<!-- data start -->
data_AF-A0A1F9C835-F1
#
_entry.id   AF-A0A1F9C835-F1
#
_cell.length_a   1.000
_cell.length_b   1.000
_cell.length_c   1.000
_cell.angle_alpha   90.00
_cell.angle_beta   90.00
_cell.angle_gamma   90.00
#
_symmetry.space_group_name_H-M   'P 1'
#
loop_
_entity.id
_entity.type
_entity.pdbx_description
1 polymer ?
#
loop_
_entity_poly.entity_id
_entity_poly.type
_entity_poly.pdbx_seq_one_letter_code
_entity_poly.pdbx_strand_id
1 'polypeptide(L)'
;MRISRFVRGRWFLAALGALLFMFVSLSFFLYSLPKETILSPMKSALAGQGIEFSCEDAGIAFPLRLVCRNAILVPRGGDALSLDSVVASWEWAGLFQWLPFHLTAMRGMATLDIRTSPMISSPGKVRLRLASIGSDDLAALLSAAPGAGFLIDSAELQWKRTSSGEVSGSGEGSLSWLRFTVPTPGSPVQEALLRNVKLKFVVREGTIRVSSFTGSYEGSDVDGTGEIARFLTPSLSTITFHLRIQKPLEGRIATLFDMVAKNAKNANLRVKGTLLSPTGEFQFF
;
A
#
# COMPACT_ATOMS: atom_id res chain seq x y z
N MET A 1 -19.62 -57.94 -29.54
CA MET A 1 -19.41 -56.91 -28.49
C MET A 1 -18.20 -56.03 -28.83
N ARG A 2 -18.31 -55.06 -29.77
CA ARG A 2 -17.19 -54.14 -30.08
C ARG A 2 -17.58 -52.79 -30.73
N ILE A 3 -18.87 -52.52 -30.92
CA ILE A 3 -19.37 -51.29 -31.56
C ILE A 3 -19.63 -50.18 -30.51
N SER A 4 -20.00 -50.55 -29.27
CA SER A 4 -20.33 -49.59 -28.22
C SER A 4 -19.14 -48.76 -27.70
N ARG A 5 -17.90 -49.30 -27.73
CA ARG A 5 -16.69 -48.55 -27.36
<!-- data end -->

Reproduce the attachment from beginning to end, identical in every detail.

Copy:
data_AF-A0A1F9C835-F1
#
_entry.id   AF-A0A1F9C835-F1
#
_cell.length_a   1.000
_cell.length_b   1.000
_cell.length_c   1.000
_cell.angle_alpha   90.00
_cell.angle_beta   90.00
_cell.angle_gamma   90.00
#
_symmetry.space_group_name_H-M   'P 1'
#
loop_
_entity.id
_entity.type
_entity.pdbx_description
1 polymer ?
#
loop_
_entity_poly.entity_id
_entity_poly.type
_entity_poly.pdbx_seq_one_letter_code
_entity_poly.pdbx_strand_id
1 'polypeptide(L)'
;MRISRFVRGRWFLAALGALLFMFVSLSFFLYSLPKETILSPMKSALAGQGIEFSCEDAGIAFPLRLVCRNAILVPRGGDALSLDSVVASWEWAGLFQWLPFHLTAMRGMATLDIRTSPMISSPGKVRLRLASIGSDDLAALLSAAPGAGFLIDSAELQWKRTSSGEVSGSGEGSLSWLRFTVPTPGSPVQEALLRNVKLKFVVREGTIRVSSFTGSYEGSDVDGTGEIARFLTPSLSTITFHLRIQKPLEGRIATLFDMVAKNAKNANLRVKGTLLSPTGEFQFF
;
A
#
# COMPACT_ATOMS: atom_id res chain seq x y z
N MET A 1 -19.62 -57.94 -29.54
CA MET A 1 -19.41 -56.91 -28.49
C MET A 1 -18.20 -56.03 -28.83
N ARG A 2 -18.31 -55.06 -29.77
CA ARG A 2 -17.19 -54.14 -30.08
C ARG A 2 -17.58 -52.79 -30.73
N ILE A 3 -18.87 -52.52 -30.92
CA ILE A 3 -19.37 -51.29 -31.56
C ILE A 3 -19.63 -50.18 -30.51
N SER A 4 -20.00 -50.55 -29.27
CA SER A 4 -20.33 -49.59 -28.22
C SER A 4 -19.14 -48.76 -27.70
N ARG A 5 -17.90 -49.30 -27.73
CA ARG A 5 -16.69 -48.55 -27.36